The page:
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Originated in 2002, Miami’s Art Basel has since become the premiere artistic festival within the United States. Taking place each November/December, the creative event spans a little less than a week and welcomes artists from countries all over the world. The majority of the action takes place within Miami’s now prestigious Wynwood Art District, located just miles from downtown. The popularity of the crafty celebration has gradually heightened artist awareness within Dade and the surrounding counties. This week marks the opening for Art Basel 2011, which has significantly transformed the local creative landscape. The New York Times recently highlighted the efforts of this movement with an excerpt seen below.
MIAMI — This city has worn many tags through the decades: It has been a place to honeymoon and retire, to buy cocaine and dodge bullets, to sample Little Havana and party all night. But art was never high on the to-do list.
Then, in 2002, Art Basel made Miami Beach its American home, bringing with it an international circus of high-powered art dealers, collectors, curators, critics and art lovers. Lasting less than a week a year, this high-wattage art fair, one of the biggest in the world, has nevertheless infused the booming contemporary-art scene here with an unmistakable swagger.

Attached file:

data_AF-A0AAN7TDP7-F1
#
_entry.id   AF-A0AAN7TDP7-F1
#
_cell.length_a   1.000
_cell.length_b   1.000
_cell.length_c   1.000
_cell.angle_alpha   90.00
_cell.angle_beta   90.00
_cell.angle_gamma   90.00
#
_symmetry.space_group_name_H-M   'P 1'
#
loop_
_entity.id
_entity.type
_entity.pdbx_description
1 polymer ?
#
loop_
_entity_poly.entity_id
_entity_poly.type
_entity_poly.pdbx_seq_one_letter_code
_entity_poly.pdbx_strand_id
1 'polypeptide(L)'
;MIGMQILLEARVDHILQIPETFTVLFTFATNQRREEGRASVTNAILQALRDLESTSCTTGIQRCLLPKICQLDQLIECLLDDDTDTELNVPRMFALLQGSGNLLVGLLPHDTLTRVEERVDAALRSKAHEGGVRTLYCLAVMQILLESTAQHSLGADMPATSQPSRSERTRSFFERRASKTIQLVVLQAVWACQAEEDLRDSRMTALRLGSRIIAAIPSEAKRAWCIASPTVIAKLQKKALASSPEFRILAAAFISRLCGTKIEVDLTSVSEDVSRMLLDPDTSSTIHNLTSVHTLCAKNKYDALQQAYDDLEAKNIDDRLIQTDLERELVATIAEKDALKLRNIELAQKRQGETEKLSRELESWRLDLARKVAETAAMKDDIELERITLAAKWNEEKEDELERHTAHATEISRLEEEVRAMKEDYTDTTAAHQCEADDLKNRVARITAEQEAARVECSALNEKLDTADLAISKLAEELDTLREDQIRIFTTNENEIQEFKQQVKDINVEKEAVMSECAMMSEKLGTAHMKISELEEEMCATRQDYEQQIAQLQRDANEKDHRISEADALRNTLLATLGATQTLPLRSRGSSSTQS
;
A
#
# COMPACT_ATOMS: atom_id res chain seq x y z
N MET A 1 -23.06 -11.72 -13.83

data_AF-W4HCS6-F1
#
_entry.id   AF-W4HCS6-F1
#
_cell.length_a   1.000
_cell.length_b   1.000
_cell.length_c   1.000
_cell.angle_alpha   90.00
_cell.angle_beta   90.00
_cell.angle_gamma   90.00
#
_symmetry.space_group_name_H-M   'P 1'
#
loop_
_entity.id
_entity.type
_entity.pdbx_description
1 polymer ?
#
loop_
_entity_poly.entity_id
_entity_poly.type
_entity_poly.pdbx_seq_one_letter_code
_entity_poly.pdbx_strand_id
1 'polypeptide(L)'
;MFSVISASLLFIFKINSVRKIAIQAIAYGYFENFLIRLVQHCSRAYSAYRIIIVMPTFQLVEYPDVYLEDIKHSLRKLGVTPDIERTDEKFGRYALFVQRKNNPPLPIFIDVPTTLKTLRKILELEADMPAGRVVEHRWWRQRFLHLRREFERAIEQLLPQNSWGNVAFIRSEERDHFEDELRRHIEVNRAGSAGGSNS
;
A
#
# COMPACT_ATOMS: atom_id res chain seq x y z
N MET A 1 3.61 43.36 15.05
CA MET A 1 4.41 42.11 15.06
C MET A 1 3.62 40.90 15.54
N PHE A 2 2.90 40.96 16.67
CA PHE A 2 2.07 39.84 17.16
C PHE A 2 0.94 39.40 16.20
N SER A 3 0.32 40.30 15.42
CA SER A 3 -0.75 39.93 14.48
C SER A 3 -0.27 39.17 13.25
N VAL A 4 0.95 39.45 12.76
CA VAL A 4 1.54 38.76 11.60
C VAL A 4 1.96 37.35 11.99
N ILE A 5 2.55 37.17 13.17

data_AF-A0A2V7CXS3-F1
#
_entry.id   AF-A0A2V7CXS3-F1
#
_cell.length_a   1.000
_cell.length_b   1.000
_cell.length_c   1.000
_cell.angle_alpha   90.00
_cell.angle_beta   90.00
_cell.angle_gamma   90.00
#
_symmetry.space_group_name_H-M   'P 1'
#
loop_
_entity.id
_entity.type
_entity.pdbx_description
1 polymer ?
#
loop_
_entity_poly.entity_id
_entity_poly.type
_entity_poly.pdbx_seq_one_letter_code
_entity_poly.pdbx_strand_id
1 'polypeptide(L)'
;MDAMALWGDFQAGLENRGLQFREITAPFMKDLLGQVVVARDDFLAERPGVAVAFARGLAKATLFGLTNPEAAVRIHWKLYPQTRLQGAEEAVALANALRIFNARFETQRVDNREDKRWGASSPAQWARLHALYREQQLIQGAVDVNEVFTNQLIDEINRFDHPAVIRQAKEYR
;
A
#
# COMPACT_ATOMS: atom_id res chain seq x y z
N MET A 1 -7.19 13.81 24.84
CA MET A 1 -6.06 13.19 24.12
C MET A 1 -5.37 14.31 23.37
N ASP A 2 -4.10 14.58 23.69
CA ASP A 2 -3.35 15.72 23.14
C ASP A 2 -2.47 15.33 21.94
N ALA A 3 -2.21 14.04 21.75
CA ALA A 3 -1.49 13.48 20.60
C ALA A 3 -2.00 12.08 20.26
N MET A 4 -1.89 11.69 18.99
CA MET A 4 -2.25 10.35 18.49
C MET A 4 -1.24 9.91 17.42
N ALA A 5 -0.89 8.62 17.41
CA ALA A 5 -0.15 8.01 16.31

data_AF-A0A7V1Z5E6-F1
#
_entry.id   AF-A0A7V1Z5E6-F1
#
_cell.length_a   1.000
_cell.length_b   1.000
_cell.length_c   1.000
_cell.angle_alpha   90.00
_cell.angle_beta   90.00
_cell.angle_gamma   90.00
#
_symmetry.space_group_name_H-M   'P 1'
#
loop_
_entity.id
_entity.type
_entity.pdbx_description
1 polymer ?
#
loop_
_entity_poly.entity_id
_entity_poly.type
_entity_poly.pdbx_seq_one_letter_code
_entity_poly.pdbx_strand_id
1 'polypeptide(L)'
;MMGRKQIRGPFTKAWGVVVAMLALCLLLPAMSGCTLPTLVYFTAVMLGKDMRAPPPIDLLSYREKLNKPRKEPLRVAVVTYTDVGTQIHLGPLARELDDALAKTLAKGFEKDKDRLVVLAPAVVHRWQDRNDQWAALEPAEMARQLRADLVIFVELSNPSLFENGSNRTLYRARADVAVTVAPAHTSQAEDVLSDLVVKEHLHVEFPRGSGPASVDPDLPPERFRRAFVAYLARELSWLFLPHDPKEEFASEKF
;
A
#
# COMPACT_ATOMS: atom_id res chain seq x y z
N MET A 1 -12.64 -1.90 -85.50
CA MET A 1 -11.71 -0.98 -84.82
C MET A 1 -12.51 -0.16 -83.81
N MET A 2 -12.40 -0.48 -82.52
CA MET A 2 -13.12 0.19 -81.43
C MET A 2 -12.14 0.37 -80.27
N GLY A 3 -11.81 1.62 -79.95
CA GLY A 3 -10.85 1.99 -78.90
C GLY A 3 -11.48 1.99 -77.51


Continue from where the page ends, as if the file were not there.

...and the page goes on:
“Art Basel gave Miami the power to believe in itself, and that’s always a problem with regional art places,” said Mera Rubell, a Miami collector who, along with her husband, Don, owns the Rubell Family Collection. “The impact that it has all year round is really quite profound.”
Art Basel’s imprint has little to do, at this point, with a local gallery or artist’s ability to get through the fair’s famously rigorous vetting process. Just 3 of the 260 galleries invited this year are from Miami, and only a handful of homegrown artists are showing in the fair, which begins on Thursday.
But since Art Basel’s debut 10 years ago, dozens of new galleries have opened, and scores of artists have relocated here, lured by the relatively low rents and, partly, by Art Basel itself. The fair gives artists, collectors and gallery owners a rare opportunity to see world-class art but, more important, to hobnob with the leading players of the international art world.
The sculptor and video artist Christy Gast said she moved here in 2008 partly because the yearly art spectacle made the city seem like one of the rare places an artist could succeed.
“From the outside, Basel has created the perception that Miami is a city where being an artist is a viable thing to do,” said Ms. Gast, who teaches sculpture at the New World School of the Arts in downtown Miami.
The city, for its part, has used Art Basel to show the world that it is no cultural backwater, with museums, galleries and private collections all putting on their most ambitious shows of the year in time for the fair.